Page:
North Carolina to End Pistol Purchase Permit System After GOP Lawmakers Override Democrat Governor’s Veto

Concealed Carry

Republican North Carolina lawmakers overrode Democratic Gov. Roy Cooper’s veto of a bill repealing the state’s pistol purchase permit system, enabling the repeal effort to proceed.

The Republican-controlled North Carolina House of Representatives passed Senate Bill 41 earlier this month. The bill, which passed in both the House and Senate on party-line votes, repeals a state law that makes it illegal to buy, sell, or transfer a pistol without a permit issued by their local sheriff’s office.

On March 24, Cooper vetoed the Republican bill, which he said eliminated a tool for law enforcement officials to prevent domestic abusers and individuals with mental illnesses from obtaining handguns.

Firearm purchases through federally licensed firearms dealers must go through a background check with the National Instant Criminal Background Check System (NICS). The background check disqualifies persons from purchasing firearms who have felony or violent misdemeanor convictions; who are the subject of a court order against harassing an intimate partner, or the child of said partner; or who have been declared mentally defective or have been committed to a mental institution, among other disqualifying factors.

The North Carolina pistol purchase permit law required local sheriffs to determine that they had received no information that an applicant’s purchase of a firearm would violate federal or state law, and that the applicant had convinced the sheriff that he or she was of “good moral character.”

In issuing his veto, Cooper said the state’s pistol permitting system allowed sheriffs to disqualify potential purchasers “based on signs of mental illness, domestic abuse incidents that might not be captured in a national database, or other indicators that a person could be a danger to themselves or others.”

North Carolina’s Senate overrode Cooper’s veto on Tuesday with the support of 30 Republicans, against 19 Democrats who favored the veto. On Wednesday, 71 House Republicans joined in the veto override, while 46 House Democrats voted to keep Cooper’s veto in effect. The Republicans narrowly achieved the veto override, which requires a three-fifths majority of the lawmakers present in both houses of the legislature.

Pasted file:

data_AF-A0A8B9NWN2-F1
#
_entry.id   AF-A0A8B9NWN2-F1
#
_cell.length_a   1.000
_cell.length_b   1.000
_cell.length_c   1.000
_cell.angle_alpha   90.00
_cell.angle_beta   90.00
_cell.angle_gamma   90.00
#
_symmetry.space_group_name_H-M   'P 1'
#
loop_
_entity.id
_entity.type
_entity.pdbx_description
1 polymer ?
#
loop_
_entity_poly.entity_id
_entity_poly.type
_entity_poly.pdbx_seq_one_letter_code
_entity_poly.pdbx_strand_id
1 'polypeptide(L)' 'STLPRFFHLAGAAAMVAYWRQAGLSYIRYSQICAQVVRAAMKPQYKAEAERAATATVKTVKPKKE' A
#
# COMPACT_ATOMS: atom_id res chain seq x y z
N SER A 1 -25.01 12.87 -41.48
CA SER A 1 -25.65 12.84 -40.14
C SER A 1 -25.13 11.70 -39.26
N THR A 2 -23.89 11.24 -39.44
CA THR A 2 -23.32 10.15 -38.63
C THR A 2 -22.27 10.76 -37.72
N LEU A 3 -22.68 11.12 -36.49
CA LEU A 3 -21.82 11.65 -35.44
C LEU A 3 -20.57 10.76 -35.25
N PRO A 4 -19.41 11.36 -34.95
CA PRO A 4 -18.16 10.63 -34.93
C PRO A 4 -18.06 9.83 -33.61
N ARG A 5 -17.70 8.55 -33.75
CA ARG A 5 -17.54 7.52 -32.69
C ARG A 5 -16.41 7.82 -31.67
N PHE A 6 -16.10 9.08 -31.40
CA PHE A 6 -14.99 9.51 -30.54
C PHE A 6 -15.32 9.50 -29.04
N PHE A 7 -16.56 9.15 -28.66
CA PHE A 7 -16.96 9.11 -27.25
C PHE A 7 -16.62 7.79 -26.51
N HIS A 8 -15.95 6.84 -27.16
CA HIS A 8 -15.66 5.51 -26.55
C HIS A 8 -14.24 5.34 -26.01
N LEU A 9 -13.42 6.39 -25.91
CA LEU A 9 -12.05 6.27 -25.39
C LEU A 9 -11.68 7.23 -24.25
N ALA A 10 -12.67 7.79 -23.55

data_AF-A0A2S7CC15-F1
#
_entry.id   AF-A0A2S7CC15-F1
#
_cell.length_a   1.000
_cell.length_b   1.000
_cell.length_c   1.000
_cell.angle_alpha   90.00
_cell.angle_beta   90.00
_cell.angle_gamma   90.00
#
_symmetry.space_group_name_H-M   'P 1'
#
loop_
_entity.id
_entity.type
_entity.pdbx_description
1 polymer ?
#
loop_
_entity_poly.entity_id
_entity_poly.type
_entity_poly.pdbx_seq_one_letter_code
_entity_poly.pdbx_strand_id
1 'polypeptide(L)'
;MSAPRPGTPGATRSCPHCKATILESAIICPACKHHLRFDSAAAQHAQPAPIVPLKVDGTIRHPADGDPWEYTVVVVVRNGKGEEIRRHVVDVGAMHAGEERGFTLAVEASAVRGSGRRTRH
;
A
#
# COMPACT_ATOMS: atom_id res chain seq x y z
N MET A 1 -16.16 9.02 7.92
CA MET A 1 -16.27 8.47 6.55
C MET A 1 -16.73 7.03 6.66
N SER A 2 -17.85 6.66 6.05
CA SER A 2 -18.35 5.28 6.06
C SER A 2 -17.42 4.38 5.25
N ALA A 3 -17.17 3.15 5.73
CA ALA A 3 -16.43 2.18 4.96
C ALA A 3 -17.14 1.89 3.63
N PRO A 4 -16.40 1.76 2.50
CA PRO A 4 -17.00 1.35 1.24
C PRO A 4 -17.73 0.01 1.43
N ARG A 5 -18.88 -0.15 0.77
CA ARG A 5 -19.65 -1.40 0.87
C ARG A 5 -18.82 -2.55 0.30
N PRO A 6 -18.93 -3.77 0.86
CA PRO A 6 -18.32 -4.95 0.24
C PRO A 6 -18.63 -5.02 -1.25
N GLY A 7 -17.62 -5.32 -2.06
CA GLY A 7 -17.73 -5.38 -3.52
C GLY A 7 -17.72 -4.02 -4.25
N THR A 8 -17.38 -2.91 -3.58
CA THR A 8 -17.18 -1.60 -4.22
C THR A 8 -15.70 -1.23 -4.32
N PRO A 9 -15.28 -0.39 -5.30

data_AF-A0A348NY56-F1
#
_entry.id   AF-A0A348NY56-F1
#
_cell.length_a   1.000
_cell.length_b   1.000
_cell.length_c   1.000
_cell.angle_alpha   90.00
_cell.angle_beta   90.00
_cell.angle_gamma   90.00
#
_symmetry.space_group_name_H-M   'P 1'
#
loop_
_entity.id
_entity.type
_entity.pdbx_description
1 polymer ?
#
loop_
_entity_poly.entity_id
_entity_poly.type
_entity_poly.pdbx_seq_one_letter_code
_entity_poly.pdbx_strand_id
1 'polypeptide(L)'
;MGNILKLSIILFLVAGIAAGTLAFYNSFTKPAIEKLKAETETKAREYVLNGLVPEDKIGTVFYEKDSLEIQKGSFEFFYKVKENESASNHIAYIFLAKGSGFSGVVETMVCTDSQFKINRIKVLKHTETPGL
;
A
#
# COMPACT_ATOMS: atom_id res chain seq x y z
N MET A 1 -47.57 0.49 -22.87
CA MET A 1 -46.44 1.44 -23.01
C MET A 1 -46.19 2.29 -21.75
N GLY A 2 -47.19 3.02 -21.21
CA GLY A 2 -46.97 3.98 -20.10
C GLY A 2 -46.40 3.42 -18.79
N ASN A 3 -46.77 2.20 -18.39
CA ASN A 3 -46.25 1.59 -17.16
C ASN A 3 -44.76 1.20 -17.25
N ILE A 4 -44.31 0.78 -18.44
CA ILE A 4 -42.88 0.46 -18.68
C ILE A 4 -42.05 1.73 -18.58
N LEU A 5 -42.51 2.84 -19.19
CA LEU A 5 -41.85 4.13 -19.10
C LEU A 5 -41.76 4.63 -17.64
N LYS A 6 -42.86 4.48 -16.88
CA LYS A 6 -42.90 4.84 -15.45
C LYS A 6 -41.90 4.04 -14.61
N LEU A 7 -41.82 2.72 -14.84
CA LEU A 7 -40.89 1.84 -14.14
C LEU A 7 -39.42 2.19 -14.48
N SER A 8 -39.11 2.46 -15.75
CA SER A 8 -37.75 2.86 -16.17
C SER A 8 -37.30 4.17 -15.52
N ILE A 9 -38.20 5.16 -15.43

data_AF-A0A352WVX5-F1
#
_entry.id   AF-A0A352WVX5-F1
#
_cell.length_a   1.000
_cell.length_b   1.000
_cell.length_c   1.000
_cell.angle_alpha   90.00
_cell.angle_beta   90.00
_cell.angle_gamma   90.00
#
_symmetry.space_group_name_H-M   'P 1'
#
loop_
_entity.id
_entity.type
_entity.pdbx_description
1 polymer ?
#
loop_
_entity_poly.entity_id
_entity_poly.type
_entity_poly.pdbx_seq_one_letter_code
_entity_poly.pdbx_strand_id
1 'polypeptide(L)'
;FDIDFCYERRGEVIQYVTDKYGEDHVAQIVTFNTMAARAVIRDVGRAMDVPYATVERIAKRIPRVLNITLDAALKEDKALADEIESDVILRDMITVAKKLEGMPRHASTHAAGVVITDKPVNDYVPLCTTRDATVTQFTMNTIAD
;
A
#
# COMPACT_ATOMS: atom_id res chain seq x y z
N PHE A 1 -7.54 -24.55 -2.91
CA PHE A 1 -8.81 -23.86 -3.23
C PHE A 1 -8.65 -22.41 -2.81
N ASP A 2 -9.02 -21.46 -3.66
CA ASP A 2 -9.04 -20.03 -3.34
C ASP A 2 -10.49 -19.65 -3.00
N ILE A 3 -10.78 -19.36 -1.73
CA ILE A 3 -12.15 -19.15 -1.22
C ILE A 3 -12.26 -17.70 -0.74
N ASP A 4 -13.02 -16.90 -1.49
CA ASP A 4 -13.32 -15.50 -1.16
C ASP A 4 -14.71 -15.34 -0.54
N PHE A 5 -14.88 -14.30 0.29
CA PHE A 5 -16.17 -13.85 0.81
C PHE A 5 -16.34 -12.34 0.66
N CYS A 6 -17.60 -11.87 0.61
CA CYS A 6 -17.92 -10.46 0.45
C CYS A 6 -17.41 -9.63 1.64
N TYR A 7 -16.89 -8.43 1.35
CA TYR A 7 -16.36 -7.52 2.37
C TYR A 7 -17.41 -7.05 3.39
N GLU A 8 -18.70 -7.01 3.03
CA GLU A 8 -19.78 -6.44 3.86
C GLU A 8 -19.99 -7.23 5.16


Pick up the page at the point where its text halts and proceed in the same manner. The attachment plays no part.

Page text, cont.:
With the repeal of the state’s pistol purchase system, anyone buying a firearm through a licensed firearms dealer will still be required to undergo a background check through the NICS system. However, a NICS background check is not required for private firearms transfers. Those wishing to carry concealed firearms will still have to obtain a concealed-carry permit in the state.

In addition to repealing the pistol purchase permit system, the new law also authorizes concealed-carry permit holders to carry their firearms on school property under some circumstances. Under the bill, the state Department of Public Safety and Department of Health and Human Services and Wildlife Resources Commission will also launch a new program to promote safe firearm storage and the distribution of gun locks.

Democrats Condemn New Law

Democratic political leaders in North Carolina expressed their concerns over the decision to repeal the pistol purchase permit system.

Democratic North Carolina Attorney General Josh Stein stated on Twitter that, “There’s never a right week to make it easier for criminals to get their hands on guns, but doing it this week is absurd.” Stein made the remark just days after an individual broke into the Covenant Christian School in Nashville, Tennessee and fatally shot six people, including three children.

“Our legislators are failing us, but I’ll do everything in my power to keep North Carolinians safe,” Stein added.

Following the override vote, North Carolina’s Democratic House Minority Leader Robert Reives issued a statement saying, “House and Senate members who voted to override Governor Cooper’s veto made North Carolina less safe from gun violence moving forward. The true defenders of public safety are the House and Senate Democrats who made sure they were on the floor to vote to keep our neighborhoods safe.”

Gun Rights Groups Celebrate

Republicans and gun rights organizations celebrated the veto override on Wednesday.

National Shooting Sports Foundation Senior Vice President and General Counsel Lawrence G. Keane characterized the pistol purchase permit system’s “good moral character” judgment element as a relic of Jim Crow-era legislation.

“This is a tremendous victory for North Carolina and a long-overdue move to relegate this racist Jim Crow-era law to the ash heap of history,” Keane said in a statement. “Governor Cooper’s insistence of retaining this ill-conceived relic of a discriminatory era was wrong and the firearm industry is grateful to the North Carolina legislators to put an end to this scheme that only served to deny citizens their Second Amendment rights.”

A statement from the National Rifle Association’s Institute for Legislative Action (NRA-ILA) said “Cooper’s veto has shown law-abiding gun owners another reason why they must always be ready to vote to elect officials who will work to protect their rights,” and thanked lawmakers who voted to override the veto.

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